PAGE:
Behind the Curtain
StageOne Family Theatre Director Andrew Harris Talks Organizational Impact on Local Youth
Photographer / Bruce Hardin (Blue Harvest Photography)
Andrew Harris has been a fixture at StageOne Family Theatre for nearly two decades, but his start in theater as a teenager isn’t what you might imagine. He wasn’t the kid who, from an early age, dreamed of breaking box office records as a theatrical success.
“I was a kid who found theater by accident,” he says.
Although his mom encouraged him to join the local community theater’s children program in Oak Ridge, Tennessee where he grew up, he showed no interest.
“When I was about 14-years-old, some friends of mine got in a play, and they got to miss school to perform,” he says. “I thought to myself, ‘I like missing school. I should get involved in this.’”
He went to his first audition completely unprepared, and when he was asked to sing [since it was a musical], he picked “Amazing Grace,” which is a challenging song for even the best vocalists.
“It was horrible. I sounded more like I was strangling a cat than singing notes,” he says.
As he left that audition, without being cast in a part, he was angry, not because he didn’t make it but because he didn’t know what he was doing.
“I couldn’t handle failure. I couldn’t handle the not-knowing,” Harris says.
Determined, he returned to the next audition a little more prepared. He knew that it was not a musical, and he wouldn’t be expected to sing. However, he did not have a monologue prepared. Although a kid handed him an excerpt from T. S. Eliot’s “Old Possum’s Book of Practical Cats” to help, Harris stumbled through it and then stormed out.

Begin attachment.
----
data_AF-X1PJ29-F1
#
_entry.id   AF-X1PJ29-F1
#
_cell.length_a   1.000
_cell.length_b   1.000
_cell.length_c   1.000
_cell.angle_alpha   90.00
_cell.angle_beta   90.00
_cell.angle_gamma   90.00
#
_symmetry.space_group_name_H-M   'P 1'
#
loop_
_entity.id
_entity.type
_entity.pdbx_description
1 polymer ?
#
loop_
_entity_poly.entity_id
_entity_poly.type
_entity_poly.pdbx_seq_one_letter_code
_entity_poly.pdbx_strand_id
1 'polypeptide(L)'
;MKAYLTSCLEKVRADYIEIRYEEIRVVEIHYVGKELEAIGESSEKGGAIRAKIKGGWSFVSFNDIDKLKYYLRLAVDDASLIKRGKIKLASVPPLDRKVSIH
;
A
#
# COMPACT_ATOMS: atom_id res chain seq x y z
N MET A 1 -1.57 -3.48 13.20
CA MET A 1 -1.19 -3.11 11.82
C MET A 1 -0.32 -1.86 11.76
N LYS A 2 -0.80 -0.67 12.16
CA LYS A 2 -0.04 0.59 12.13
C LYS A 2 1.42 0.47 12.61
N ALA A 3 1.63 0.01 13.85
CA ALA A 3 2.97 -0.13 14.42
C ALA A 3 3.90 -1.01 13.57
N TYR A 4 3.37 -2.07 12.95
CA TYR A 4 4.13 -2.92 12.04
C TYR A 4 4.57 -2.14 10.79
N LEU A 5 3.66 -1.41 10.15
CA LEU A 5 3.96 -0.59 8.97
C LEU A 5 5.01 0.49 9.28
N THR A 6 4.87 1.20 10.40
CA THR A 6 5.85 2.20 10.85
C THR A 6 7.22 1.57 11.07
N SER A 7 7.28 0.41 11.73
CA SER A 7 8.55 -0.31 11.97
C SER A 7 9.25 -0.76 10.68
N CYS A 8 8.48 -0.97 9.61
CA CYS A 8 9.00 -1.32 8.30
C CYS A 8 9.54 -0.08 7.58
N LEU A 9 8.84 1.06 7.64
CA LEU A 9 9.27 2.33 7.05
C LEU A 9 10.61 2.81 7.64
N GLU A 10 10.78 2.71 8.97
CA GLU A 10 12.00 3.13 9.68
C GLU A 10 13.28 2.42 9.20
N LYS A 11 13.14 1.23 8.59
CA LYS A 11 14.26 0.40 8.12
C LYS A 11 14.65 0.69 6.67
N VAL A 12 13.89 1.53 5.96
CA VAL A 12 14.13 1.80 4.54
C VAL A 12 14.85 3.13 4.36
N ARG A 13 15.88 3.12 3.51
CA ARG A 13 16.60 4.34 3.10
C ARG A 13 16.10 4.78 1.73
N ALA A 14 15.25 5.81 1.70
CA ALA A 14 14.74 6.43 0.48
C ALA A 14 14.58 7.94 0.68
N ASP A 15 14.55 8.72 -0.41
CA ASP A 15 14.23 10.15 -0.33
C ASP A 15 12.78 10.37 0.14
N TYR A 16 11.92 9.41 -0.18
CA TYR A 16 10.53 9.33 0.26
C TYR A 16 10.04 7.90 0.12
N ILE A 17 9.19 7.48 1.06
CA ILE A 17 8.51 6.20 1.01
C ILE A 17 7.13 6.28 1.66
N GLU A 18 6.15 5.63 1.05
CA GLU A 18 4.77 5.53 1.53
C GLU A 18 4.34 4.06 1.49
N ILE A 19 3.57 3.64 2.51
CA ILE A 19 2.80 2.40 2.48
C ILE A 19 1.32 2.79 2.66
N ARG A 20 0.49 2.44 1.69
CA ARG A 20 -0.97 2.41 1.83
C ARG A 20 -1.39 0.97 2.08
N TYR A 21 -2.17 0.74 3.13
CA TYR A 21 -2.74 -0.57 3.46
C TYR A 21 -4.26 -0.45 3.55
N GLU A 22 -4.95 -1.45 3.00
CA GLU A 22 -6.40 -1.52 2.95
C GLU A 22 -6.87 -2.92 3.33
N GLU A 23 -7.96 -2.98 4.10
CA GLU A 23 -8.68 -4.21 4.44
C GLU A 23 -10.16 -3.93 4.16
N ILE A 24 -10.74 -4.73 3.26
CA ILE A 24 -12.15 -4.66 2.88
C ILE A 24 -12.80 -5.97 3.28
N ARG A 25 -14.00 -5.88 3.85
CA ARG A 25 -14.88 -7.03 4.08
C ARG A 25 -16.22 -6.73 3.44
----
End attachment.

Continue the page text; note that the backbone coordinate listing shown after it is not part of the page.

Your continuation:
Fortunately, he says a man who had seen him at both auditions offered him the opportunity to work on the lights for the show. Harris’s response to him was, “Do I get to miss school?” When the gentleman answered yes, Harris signed up.
He was very prepared for the next audition of “Treasure Island” with his monologue and pirate voice ready, and he was cast as a pirate in the play.
That determination and stamina served Harris well when he became a teenager and developed a summer theater camp for kids with a friend. While he intended to become an actor, he continued teaching because he didn’t want anyone to find theater in the way that he did. His first full-time job after graduating from the University of Tennessee-Chattanooga was instructing teachers how to use theater in their classrooms. That focus on education is what brought him to StageOne, where he was originally the education director.
He liked the fact that education has always been the core of what StageOne does, which is different from a theater that also does education.
Most people think of StageOne as the performances it does at Kentucky Performing Arts, but it also has robust in-school programming. Not only do StageOne staff come to the classrooms to instruct students, they meet with teachers individually to collaborate on how to connect theater to what the teacher is actually teaching students, learning what their goals and objectives are.
“We custom-design that programming so it’s not one-size-fits-all,” he says. “Instructional time is incredibly important so it’s important we design programs that enhance their instructional time.”
StageOne also has a wide range of summer camp programming, the goal of which is to help kids develop life skills such as listening to others and collaborating. While some of them may go on to pursue theater professionally, most of them will grow, learn, enjoy theater and be the future generation of audience members.